Additionally, they require high levels of neuromuscular integration and significant levels of coordination, and, depending on what you were doing, required one or a combination of both righting and tilting reflex activation. Can we say the same for today's modern machine-based training environment? Even if you don't consider yourself an "athlete", or if you are elderly, all the principles of developing athleticism apply to you! I commonly tell my patients, "If you can't, YOU MUST!" because it's the movements you have a hard time doing, or can't do, which get you that unfortunate day when you have to move that way.

The length / force relationships developed with free weights are exactly what the sports doctor ordered in every way. With free weight training, our joint mechanics and gravity create an environment that produces the greatest load on the muscle-tendon complex at a point approximating the strongest point of the length / force relationship of any given muscle-tendon-joint complex. For example, if you were to do a biceps curl with a dumbbell, the load is at its maximum when your forearm is parallel to the earth; that is about mid-range with relation to the sliding (contractile) filaments in the muscle.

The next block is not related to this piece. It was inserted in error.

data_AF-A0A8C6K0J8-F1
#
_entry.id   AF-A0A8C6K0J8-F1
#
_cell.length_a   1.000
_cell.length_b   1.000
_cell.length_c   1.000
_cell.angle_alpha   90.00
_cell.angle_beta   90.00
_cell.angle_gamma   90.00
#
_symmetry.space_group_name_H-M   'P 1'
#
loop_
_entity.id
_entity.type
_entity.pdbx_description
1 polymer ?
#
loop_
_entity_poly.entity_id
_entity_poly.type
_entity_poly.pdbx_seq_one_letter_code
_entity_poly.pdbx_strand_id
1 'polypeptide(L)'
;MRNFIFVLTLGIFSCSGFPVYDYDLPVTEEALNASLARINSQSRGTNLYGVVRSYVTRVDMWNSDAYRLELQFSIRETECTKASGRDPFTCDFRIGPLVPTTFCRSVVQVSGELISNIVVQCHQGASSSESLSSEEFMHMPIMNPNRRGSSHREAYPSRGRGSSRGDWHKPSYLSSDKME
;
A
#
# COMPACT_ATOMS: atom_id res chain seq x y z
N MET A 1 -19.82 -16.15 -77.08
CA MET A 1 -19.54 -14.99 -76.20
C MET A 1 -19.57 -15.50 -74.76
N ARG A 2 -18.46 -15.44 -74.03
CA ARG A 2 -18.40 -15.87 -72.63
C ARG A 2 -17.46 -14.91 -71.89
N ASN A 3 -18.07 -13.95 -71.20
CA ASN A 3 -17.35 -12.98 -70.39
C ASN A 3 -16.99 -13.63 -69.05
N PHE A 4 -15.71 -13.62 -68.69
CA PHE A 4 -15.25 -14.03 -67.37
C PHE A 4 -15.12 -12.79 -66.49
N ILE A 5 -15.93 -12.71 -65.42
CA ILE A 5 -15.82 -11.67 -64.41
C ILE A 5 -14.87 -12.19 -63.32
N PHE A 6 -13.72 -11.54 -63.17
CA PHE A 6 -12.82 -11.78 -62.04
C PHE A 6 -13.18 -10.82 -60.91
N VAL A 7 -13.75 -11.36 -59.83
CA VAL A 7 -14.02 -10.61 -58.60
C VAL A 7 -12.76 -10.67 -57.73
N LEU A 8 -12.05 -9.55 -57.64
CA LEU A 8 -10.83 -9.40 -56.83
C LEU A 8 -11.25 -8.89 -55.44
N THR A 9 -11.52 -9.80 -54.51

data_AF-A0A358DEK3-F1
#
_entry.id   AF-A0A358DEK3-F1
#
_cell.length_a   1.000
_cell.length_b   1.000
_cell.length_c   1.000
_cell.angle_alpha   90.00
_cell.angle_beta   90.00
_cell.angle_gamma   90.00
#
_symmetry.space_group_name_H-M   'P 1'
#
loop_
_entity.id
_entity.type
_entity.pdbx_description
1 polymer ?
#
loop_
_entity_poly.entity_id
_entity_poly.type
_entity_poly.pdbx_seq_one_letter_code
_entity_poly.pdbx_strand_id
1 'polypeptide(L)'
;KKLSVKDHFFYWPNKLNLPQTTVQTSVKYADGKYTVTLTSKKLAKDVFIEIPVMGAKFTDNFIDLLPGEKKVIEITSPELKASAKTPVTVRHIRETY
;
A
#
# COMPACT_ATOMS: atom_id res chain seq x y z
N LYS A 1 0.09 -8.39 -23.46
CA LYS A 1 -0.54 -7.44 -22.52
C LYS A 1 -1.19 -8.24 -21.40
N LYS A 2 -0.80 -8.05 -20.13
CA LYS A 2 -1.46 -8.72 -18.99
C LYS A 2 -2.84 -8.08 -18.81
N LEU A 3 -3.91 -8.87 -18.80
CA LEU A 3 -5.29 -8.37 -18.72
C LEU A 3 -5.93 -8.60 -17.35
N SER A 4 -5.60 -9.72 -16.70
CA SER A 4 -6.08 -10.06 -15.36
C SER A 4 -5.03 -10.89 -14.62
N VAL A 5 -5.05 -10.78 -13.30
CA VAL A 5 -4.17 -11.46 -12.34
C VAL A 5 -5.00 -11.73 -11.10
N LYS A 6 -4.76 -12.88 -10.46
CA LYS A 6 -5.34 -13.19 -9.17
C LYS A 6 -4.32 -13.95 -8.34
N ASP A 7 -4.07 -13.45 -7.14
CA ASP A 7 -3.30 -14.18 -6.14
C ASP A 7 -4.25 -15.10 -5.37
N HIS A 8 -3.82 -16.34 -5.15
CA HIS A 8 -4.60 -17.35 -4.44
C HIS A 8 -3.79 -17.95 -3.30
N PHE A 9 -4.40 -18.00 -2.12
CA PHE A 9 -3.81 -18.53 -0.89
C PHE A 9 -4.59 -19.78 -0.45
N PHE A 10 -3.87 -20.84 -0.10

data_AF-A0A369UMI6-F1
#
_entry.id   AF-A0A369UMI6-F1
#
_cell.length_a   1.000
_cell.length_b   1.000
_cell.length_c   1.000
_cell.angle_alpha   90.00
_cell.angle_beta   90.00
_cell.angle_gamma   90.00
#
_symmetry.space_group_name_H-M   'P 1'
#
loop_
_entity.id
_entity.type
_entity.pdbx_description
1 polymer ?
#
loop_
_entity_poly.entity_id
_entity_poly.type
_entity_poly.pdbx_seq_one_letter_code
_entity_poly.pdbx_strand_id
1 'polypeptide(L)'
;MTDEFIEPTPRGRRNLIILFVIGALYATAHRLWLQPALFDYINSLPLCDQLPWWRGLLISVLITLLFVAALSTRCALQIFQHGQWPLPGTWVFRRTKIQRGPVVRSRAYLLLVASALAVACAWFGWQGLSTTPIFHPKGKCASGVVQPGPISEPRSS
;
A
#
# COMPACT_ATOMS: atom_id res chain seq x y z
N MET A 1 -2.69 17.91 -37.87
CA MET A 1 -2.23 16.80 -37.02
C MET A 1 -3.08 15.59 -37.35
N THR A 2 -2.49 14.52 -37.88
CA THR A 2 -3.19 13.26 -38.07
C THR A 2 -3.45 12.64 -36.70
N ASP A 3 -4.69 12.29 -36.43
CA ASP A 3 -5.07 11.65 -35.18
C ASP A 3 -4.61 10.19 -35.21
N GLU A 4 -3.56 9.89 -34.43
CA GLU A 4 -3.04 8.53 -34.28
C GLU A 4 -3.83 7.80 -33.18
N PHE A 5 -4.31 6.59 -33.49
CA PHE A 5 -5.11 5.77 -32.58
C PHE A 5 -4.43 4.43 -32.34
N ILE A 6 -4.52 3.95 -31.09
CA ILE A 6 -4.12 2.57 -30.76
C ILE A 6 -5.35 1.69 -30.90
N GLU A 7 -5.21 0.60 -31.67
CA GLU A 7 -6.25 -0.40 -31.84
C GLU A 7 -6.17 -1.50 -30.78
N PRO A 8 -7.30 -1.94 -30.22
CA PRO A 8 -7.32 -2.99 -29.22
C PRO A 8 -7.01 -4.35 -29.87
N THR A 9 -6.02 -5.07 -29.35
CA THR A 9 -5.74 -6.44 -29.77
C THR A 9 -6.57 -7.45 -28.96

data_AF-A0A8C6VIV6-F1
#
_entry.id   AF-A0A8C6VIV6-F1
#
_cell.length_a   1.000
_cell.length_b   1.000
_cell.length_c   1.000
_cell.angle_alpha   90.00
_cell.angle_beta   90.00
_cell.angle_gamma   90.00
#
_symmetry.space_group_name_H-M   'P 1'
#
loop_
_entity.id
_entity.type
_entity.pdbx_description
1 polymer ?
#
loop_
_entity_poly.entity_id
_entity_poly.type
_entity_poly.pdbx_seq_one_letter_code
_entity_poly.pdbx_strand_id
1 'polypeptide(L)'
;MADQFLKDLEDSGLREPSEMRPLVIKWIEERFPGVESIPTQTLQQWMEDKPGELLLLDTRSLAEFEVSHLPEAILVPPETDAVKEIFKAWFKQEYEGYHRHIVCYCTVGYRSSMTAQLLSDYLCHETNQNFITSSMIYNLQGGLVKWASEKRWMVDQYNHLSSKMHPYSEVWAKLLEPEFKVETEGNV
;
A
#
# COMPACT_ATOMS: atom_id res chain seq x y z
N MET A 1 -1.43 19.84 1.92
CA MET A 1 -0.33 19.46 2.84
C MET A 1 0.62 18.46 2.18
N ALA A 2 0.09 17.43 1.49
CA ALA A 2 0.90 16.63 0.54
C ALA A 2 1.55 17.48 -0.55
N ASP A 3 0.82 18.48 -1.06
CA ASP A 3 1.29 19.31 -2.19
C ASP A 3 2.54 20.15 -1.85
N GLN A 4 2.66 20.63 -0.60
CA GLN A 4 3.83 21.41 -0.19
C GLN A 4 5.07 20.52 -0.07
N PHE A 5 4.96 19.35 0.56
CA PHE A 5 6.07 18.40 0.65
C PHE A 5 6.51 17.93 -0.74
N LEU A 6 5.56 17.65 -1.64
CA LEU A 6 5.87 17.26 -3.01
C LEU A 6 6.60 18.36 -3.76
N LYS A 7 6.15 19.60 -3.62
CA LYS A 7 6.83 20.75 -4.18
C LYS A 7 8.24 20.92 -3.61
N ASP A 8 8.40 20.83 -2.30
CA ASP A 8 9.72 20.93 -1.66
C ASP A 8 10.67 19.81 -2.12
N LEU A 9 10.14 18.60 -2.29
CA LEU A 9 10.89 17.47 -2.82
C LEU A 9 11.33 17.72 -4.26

In contrast, a biceps curl done against stretch cord resistance produces continually increasing load as the stretch cord lengthens. Therefore, the obvious point of maximum loading becomes the point at which the muscle is maximally shortened, which is not where we tend to use our muscles to perform functional activities; with that in mind, you may wonder just how valuable stretch cord training is over the long term.

In Conclusion

To improve performance and prevent injury, consider we are all still cave men and women wearing nice clothes and driving cars. When embarking on an exercise program for general health and fitness or for sport, you must ask yourself what biomotor abilities your leisure, work or sport environment requires and select exercises that will enhance performance, not detract from it. In short, the best thing you can do is train predominantly with free weights, a Dura-Ball and some balance and proprioception training toys.

You will not only improve performance and prevent injury but you will have fun! If you feel you need guidance, there is a network of highly skilled, highly trained C.H.E.K Practitioners available to assess you and develop conditioning and nutrition programs specific to your needs.

Paul Chek is a world-renown expert in the fields of corrective and high-performance exercise kinesiology. He is the founder of the Corrective High-performance Exercise Kinesiology Institute, based in California and has developed three certification programs. Paul is a sought after international presenter and consultant for organizations such as the Chicago Bulls, Australia's Canberra Raiders and the U.S. Air Force Academy. His information is not only cutting-edge, but also very applicable.

Paul has produced over 50 videos and advanced level home study courses designed for the fitness and clinical professional, such as his Scientific Core Conditioning and Back Training series. He is a regular contributor to several publications and Web sites. His book, The Golf Biomechanics Manual, has been adopted for use by professional golf schools and was featured on the Golf Channel.